*Scientific American presents Math Dude by Quick & Dirty Tips. Scientific American and Quick & Dirty Tips are both Macmillan companies.*

In How to Make a Graph (Part 1), the infamous hero of our ancient Egyptian plotline, Knot Dude, taught his pyramid-building father, Papa Knot, a quick and dirty method for figuring out the corner-to-corner diagonal length of a pyramid's base. In particular, he taught his dad the very same 4-step method for making graphs that we're learning.

Last time we talked about the first two steps of Knot Dude's method: drawing Cartesian coordinates and creating a list of ordered pairs. As you might expect, today we're going to talk about the final two steps. What are they? And what can we do with the graph we end up with? Stay tuned to find out!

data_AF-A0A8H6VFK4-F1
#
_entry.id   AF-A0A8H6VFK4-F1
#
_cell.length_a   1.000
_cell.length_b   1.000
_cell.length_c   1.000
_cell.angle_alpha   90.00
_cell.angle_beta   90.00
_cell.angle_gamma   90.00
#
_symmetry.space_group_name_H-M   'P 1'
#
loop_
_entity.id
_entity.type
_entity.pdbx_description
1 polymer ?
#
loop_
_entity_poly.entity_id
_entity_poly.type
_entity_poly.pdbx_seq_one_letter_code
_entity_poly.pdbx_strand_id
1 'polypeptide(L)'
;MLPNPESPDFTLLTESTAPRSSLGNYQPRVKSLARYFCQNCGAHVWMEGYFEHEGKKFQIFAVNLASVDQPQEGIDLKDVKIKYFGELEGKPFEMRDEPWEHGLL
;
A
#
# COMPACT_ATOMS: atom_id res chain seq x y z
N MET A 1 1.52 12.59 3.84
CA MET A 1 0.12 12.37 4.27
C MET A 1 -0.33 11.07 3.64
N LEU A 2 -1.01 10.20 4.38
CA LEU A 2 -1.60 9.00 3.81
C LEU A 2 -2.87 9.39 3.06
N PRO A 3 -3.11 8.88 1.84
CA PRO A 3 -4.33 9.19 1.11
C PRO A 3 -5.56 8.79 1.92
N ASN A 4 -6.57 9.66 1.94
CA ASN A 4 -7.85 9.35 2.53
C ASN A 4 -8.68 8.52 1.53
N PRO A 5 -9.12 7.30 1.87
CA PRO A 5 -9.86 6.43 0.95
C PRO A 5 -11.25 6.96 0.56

**Steps 1 & 2 Review**

If you missed the first part of this series, you might just want to stop right now and go take a look at it. Because everything we're going to talk about today is based upon the stuff that Knot Dude taught his father in that episode. In particular, he taught his dad that the first step in making a graph is to draw what's called Cartesian coordinates. What's that you ask? Check out Part 1 of this series to find out!

In that episode, we also learned that the length of the corner-to-corner diagonal across a pyramid's base can be written *c* = √2•*a*. Knot Dude told Papa Knot that the easiest way to make his graph is to start by using this equation to calculate the lengths of the diagonals, *c*, for a bunch of pyramids with different sized bases, *a*, and then to use his results to make a list of values written like (*a*, *c*).